The Gas Directive (Directive 2009/73/EC) and the Gas Regulation (Regulation 715/2009) are currently subject to review. The European Commission has indicated that a legislative proposal, which could be in the form of either revisions of the existing legislative instruments and/or a new legislative act, can be expected before the end of 2021.

First, the revision of the gas market legislation will need to address the emergence of a hydrogen market and hydrogen infrastructure. It is clear that the EC considers early regulatory intervention important to provide regulatory predictability for investors and avoid the emergence of non-regulated monopolies. The aim is that the market design for hydrogen should build on the existing EU market design for ­natural gas, including unbundling between regulated network ­activities and market-based supply and production ­(including Power-to-Gas) activities, non-discriminatory third party access, transparency, customer protection, tariff ­principles, network development based on foreseeable demand – aiming at avoiding stranded assets - and appropriate supervision and governance. This is reflected both in the EC’s inception impact assessment (roadmap) published on 10 February 2021 and the conclusions from the 35th Madrid Forum in March 2021. The challenge is to design rules that provide regulatory predictability, yet are flexible enough to allow for the various pathways hydrogen production patterns and infrastructure deployment may take.

Second, the gas market legislation has to be revised to facilitate access to existing gas infrastructure, including transmission, distribution and storage infrastructure and LNG terminals, and markets, subject to what is technically possible. The Gas Directive and the Gas Regulation are designed for the organisation and functioning of the current fossil-based natural gas sector. For instance, the current design of the gas market legislation reflects that natural gas is mainly imported to the EU from third countries. However, production facilities for hydrogen and decarbonised gases are decentralised, and may not be ­connected to any network at all as the gas could be ­consumed at the place of production or transported by other means to where it is used depending on e.g. the cost effectiveness and emissions associated with a particular means of transportation. Consequently, the rules have to be adapted to anticipate decentralised injections in the grid and allow for reverse flows from distribution to ­transmission level.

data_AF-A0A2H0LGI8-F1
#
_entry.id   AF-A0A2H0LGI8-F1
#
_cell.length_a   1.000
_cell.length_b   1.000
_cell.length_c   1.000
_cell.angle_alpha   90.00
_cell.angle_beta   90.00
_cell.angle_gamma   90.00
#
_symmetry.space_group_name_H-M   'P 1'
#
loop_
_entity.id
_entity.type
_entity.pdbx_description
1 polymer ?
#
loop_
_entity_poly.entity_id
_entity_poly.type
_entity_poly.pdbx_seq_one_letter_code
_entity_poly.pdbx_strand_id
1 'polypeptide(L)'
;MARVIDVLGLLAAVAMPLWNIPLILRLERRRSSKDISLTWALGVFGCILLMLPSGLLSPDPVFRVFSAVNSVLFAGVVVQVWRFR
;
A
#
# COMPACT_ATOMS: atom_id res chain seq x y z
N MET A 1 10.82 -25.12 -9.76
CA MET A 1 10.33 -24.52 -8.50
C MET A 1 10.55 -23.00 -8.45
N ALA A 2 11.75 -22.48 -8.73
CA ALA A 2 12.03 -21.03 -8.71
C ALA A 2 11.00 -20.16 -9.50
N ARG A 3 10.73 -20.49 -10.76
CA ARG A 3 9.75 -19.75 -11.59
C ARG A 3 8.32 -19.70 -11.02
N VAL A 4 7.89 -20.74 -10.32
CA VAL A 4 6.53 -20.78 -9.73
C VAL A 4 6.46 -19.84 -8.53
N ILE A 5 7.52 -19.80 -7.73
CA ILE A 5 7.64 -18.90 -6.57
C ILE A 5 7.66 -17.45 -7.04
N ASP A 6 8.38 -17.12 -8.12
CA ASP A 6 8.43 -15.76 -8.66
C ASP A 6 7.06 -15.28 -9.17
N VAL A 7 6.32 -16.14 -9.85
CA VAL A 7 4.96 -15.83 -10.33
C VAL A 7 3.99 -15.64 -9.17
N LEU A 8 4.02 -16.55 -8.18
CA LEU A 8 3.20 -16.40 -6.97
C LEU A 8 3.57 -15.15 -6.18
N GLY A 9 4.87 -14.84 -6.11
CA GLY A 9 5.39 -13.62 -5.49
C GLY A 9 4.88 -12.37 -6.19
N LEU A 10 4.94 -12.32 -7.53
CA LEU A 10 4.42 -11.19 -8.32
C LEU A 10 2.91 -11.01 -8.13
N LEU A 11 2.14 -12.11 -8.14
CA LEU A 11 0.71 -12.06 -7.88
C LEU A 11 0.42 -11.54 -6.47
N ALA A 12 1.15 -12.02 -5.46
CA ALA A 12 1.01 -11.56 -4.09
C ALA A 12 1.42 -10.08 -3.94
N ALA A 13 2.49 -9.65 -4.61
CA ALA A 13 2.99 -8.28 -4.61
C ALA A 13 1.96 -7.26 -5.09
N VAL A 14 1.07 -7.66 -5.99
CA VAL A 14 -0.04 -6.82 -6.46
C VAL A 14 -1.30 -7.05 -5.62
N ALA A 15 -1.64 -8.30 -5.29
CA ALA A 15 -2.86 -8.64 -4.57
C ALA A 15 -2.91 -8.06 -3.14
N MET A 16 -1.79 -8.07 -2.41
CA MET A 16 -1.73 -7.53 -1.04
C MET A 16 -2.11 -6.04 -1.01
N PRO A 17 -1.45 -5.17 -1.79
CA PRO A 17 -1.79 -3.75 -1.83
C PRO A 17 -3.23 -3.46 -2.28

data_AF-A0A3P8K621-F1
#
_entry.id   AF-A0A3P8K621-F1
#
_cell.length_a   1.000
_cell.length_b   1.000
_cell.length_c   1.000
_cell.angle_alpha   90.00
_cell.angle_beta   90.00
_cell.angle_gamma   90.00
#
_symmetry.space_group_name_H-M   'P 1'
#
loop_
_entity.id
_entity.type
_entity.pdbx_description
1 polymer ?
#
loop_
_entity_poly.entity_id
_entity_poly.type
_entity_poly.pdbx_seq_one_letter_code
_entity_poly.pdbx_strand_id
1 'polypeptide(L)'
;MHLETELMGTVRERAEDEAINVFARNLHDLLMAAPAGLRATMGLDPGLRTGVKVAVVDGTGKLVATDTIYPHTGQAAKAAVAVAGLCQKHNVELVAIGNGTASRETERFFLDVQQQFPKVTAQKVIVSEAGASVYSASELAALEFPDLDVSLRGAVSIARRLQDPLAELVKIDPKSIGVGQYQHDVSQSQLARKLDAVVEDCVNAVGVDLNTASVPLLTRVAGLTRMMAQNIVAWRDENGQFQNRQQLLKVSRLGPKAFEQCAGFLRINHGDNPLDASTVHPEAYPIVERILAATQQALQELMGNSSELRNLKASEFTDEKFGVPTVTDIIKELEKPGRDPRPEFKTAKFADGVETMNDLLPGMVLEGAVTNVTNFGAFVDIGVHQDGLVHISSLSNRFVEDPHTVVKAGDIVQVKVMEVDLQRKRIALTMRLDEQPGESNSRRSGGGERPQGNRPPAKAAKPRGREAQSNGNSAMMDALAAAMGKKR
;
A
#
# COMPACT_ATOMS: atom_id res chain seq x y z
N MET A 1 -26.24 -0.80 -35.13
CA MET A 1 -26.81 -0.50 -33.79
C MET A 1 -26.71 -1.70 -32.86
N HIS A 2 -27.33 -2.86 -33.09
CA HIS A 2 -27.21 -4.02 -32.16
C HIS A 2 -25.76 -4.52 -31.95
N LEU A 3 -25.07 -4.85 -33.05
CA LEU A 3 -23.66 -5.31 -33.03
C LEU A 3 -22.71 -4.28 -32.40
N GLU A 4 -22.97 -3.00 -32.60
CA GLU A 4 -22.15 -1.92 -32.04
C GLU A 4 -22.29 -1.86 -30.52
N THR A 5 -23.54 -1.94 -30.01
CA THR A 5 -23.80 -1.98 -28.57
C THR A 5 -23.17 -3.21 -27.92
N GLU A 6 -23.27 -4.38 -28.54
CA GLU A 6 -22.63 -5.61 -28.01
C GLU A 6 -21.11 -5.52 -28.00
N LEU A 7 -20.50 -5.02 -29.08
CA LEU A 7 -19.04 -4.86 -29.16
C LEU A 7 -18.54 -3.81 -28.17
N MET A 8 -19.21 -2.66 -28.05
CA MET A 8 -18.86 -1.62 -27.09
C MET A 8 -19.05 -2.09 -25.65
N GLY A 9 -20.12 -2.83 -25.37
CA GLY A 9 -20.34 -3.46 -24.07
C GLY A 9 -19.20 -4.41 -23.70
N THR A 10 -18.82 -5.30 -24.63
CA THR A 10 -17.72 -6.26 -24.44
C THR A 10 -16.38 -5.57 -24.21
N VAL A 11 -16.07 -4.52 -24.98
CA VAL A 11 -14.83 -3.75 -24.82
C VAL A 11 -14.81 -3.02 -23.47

In addition, as the gas market legislation does not ­anticipate the emergence of hydrogen or decarbonised gases, it does not have mechanisms to address changes to the gas quality due to such alternative gases being added to the flows of natural gas. This quality issue also has a side to consumer protection and end-user applications. The ongoing review is addressing the quality issue that the increase of hydrogen and decarbonised gases give rise to, including work on standardisation.

The roadmap also indicates that a more integrated infrastructure planning is needed to facilitate system integration, and an alignment between the network planning procedures at European and national levels is envisaged.

The regulatory framework for hydrogen is still in the making

The regulatory framework for hydrogen that is currently in the making will be crucial for the development of a functioning hydrogen market, by creating regulatory predictability and a level playing field for all technologies. With respect to the market design, we consider a stepwise approach likely and we are following the regulatory ­developments closely.